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Lack of skills holding back digital transformation

The majority of businesses believe a lack of people skills is what is holding back digital transformation efforts, according to a new report from the Cloud Industry Forum. 

The report found 80% of organisations state digital transformation success is being held back by a lack of people skills, and that while DX is driving demand for skills today, within the next three years it will be all about cloud project management, AI and RPA experience.

Over a third (37%) of all businesses surveyed said they are looking for digital transformation strategists and visionaries to help deliver IT projects in the very near future, while at the same time identifying what skills will be needed tomorrow, next year and the year after that, the research shows.

Digital skills in demand also include cloud project management (43%), technical implementation skills (42%) and infrastructure and operations expertise (37%).

The research, which was conducted by Vanson Bourne and surveyed UK-based IT and business decision-makers, sought to understand how they were exploiting cloud and other next generation technologies, and the digital skills organisations are looking for today and in the near future.

“A successful digital transformation means ensuring the right blend of skills across an organisation and the empowerment of the IT department to make a positive difference," says Alex Hilton, CEO, Cloud Industry Forum.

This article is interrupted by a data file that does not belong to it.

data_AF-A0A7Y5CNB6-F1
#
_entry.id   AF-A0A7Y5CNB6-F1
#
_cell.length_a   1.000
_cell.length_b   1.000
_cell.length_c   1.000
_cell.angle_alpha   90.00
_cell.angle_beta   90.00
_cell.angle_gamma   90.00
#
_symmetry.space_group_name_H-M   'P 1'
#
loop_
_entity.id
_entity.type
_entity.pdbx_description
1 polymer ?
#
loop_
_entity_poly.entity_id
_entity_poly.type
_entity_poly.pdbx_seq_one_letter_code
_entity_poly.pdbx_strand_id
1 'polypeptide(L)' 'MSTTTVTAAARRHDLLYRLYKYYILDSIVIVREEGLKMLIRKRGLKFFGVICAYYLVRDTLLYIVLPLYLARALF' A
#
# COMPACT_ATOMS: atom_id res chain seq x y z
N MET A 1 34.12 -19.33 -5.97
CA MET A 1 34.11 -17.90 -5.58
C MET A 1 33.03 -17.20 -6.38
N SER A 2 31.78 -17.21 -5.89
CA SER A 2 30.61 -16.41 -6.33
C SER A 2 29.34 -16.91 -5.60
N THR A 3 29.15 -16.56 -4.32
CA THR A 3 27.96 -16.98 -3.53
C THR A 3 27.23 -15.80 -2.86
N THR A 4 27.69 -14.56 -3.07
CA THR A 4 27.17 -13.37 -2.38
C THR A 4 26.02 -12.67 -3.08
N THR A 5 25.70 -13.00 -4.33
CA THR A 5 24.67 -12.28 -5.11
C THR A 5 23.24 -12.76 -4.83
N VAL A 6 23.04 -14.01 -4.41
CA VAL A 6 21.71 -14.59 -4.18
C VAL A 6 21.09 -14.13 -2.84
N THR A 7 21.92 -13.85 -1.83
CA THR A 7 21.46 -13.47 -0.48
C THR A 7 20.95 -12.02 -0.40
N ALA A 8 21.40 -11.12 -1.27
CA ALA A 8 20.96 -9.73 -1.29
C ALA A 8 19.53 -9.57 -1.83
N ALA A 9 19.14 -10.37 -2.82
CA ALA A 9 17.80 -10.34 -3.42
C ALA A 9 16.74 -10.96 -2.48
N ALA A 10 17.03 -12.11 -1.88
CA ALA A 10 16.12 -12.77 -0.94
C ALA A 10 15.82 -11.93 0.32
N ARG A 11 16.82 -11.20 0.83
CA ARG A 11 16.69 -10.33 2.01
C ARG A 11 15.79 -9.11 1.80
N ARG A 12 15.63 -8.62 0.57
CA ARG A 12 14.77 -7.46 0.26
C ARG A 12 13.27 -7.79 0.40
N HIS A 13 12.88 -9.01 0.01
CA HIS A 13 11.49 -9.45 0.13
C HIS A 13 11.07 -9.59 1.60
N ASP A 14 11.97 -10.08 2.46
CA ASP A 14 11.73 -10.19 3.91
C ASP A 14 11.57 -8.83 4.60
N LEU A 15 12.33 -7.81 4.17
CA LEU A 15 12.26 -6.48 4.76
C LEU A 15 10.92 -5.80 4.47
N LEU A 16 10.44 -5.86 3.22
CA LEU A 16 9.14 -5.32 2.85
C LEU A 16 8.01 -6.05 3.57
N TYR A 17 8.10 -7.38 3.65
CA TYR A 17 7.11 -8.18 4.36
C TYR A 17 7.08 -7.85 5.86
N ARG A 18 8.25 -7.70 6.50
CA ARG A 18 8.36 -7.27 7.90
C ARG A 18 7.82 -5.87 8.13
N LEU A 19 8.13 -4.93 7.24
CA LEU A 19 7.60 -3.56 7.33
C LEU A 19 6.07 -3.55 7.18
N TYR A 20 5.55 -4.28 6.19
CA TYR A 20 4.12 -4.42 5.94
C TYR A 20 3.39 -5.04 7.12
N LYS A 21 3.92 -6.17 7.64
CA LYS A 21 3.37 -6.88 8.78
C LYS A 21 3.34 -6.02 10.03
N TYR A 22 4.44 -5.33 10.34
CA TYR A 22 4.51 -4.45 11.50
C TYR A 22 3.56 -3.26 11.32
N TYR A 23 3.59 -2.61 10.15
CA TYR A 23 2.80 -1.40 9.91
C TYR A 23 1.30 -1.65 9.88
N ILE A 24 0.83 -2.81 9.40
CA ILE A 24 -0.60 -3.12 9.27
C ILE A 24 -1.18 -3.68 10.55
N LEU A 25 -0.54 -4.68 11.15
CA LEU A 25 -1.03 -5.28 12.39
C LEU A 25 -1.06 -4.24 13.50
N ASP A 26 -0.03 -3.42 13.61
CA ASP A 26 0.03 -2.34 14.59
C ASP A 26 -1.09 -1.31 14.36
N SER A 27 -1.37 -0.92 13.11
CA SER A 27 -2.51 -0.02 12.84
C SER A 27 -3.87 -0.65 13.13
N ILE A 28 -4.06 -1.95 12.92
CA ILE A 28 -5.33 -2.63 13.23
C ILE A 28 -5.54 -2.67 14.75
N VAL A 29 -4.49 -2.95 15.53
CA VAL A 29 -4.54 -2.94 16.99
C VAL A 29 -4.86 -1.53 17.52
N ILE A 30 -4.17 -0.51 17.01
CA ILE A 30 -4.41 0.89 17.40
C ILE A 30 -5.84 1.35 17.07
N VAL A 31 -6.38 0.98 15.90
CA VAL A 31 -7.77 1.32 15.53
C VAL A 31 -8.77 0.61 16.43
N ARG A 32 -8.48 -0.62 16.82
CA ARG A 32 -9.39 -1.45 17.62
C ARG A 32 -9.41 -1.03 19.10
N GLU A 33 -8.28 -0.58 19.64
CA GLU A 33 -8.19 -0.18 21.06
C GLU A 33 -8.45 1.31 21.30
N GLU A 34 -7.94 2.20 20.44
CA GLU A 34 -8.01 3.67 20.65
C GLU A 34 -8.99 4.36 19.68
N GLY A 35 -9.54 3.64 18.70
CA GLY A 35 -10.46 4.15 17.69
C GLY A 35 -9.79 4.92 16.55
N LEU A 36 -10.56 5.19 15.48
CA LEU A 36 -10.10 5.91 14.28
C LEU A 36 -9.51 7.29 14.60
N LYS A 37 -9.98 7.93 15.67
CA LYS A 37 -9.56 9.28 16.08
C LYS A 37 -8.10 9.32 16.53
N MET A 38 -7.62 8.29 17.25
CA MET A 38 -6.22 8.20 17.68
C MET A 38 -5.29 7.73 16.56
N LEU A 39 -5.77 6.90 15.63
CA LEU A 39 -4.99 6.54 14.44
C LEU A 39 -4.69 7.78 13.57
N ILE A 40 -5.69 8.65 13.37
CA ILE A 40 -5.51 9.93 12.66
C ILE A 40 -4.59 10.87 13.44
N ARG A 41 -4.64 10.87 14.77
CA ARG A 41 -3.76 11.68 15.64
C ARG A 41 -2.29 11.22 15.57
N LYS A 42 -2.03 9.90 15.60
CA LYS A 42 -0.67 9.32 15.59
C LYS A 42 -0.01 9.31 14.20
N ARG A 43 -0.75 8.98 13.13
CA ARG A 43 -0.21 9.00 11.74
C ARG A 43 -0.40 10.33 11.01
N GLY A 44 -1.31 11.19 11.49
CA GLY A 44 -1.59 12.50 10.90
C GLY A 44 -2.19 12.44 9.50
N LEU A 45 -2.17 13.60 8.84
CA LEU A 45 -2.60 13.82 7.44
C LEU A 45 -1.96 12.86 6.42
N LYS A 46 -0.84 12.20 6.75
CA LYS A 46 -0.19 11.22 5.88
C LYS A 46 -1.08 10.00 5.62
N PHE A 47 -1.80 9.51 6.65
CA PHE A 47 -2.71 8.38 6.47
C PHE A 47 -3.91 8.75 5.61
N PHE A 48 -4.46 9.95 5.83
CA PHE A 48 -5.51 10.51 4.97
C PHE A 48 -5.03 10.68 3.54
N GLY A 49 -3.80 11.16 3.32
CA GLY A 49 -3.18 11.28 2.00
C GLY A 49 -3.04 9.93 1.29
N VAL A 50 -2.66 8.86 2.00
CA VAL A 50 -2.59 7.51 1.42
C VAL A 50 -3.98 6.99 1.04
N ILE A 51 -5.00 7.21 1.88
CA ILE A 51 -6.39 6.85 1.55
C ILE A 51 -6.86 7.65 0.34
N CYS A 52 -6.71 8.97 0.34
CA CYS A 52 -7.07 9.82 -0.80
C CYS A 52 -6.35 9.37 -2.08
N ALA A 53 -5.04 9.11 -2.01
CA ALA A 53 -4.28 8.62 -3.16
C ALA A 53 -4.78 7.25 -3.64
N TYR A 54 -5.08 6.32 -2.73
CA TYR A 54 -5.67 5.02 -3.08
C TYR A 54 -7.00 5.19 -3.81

"Skills requirements have changed and are now required in more specific focus areas, such as implementation and innovation. Remote working and end point management are more challenging plus the perennial challenge of doing more with less," he explains.

The report found 41% of respondents stated that they did not have enough human resource, preventing their organisation from becoming digitised more quickly.

This figure leaped to 51% when IT decision makers are asked if they do not have the skills in-house.

Digital strategists are in high demand today (37%), a figure that rises to 43% in the next year, However, while demand for skills in robotics and AI are today limited, 40% of the sample stated that these will be in high demand within the next three years.

When it comes to the delivery of cloud services, 90% of respondents have at least some form of structured training in place be that internal or a mix of internal and external (34%).

Exactly half the sample stated that the skills required today for infrastructure and networking professionals are now far more technical than previous with 43% of the same group agreeing that innovation has to be at the forefront of their thinking.
 
“Our findings indicate that in 90% of businesses the IT function now reports directly to the board. This is a vital step forward for IT projects and the success of digital transformation. Seven years ago less than one third were at board level, most reporting into the finance leader," says Hilton. 

"A place at the board table means joined-up thinking when it comes to the effective roll-out of projects of this nature."

Hilton says that cloud usage is now at an all-time high, it is ubiquitous in business, and yet organisations are still struggling with a digital skills gap. 

"With over 40% of our sample claiming that they either do not have enough people or having the required skills they need in-house the challenge remains how to prevent any bumps on the road to true digital transformation,” he says.